In this regular analysis of Cambodian newspaper coverage leading up to the elections, Kheang Un looks at the CPP’s celebration of 7 January Day, the opposition parties’ responses, as well as campaign activities and the party views of Cambodia’s democracy.
Since 1979, the CPP has celebrated 7 January Day, the day when Cambodia was liberated from the tyrannical Khmer Rouge regime under which close to two million Cambodians were killed. The current celebration differs from those held under the People’s Republic of Kampuchea and the State of Cambodia.
Under the old regimes, people were reminded of the 7 January Day as their second birth and were asked to sacrifice their labor, resources and loved ones to fight to prevent the return of the Khmer Rouge. During this year’s celebration with no further Khmer Rouge threat and with electoral democracy established, the CPP appealed to the general public and participants in the celebration in a different way.
The CPP continues to remind the public that 7 January is the day of their second birth, reminding voters that the CPP saved Cambodians from Pol Pot’s killing. But now the CPP reminds voters that they have also helped to improve people’s livelihood through numerous development projects. Instead of appealing to the public to sacrifice for the country, representatives of the CPP offer gifts to attendees, a gesture indicating that the CPP continues to care for Cambodians, acts that their rhetoric asserts are different from the empty promises made by other political parties. Out of gratitude to the CPP, Cambodians should be obligated to cast their votes for the party.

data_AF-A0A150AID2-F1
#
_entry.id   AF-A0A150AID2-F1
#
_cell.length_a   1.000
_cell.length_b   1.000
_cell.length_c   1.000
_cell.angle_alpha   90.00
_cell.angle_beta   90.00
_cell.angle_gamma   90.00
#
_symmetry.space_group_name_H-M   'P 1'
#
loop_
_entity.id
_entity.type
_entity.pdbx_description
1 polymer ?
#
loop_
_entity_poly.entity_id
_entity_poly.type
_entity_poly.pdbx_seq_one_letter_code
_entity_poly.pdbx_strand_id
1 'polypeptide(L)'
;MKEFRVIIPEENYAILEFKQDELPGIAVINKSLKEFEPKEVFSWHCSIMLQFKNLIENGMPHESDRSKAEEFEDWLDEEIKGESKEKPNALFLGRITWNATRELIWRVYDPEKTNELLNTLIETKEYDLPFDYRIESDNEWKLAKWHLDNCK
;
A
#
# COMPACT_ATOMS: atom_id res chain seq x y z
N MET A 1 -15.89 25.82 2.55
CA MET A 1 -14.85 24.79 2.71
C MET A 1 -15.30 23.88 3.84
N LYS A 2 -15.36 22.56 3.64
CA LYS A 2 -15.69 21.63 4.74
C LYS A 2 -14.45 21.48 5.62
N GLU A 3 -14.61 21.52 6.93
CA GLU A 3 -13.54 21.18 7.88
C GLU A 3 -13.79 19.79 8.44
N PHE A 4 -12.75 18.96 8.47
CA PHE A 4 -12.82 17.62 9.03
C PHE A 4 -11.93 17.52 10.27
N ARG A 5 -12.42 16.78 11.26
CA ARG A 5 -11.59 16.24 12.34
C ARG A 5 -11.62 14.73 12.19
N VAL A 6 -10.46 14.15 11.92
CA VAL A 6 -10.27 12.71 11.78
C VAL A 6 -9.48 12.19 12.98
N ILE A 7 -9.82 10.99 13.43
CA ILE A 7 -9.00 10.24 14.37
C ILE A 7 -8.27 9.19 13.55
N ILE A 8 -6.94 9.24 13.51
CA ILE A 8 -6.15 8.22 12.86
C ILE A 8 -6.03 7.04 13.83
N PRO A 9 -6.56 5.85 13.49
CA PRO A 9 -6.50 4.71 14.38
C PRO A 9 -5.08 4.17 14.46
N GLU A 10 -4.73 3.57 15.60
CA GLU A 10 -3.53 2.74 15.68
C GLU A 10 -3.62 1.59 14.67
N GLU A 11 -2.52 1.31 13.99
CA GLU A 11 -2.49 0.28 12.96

Opposition parties, particularly the SRP, portrayed 7 January, 1979 as the day of Cambodian subordination to the Vietnamese. This argument is aimed at overseas Cambodian communities more than domestic constituencies. Anti-Vietnamese and anti-CPP sentiments remain strong among overseas Cambodians.
In the era of global interconnectedness, overseas Cambodians have become one of the pillars for financial and political support for opposition parties. They contribute financially to the resource scarce opposition parties. Politically, overseas Cambodian communities help raise awareness of opposition parties’ causes among the government and elected representatives in their new countries. By lobbying European and North American politicians, overseas Khmers have generated some political and moral support for opposition causes.
The SRP realizes that 7 January remains a major factor for the CPP’s electoral legitimacy, but it is certainly fading given Cambodia’s recent demographic change.
Approximately 70 percent of Cambodians were born after January 1979 and have no memory of Khmer Rouge atrocities. These peoples’ expectations are arguably higher than that of their parents’ generation who might agree with using the Khmer Rouge regime as a baseline of comparison to assess the country’s level of development.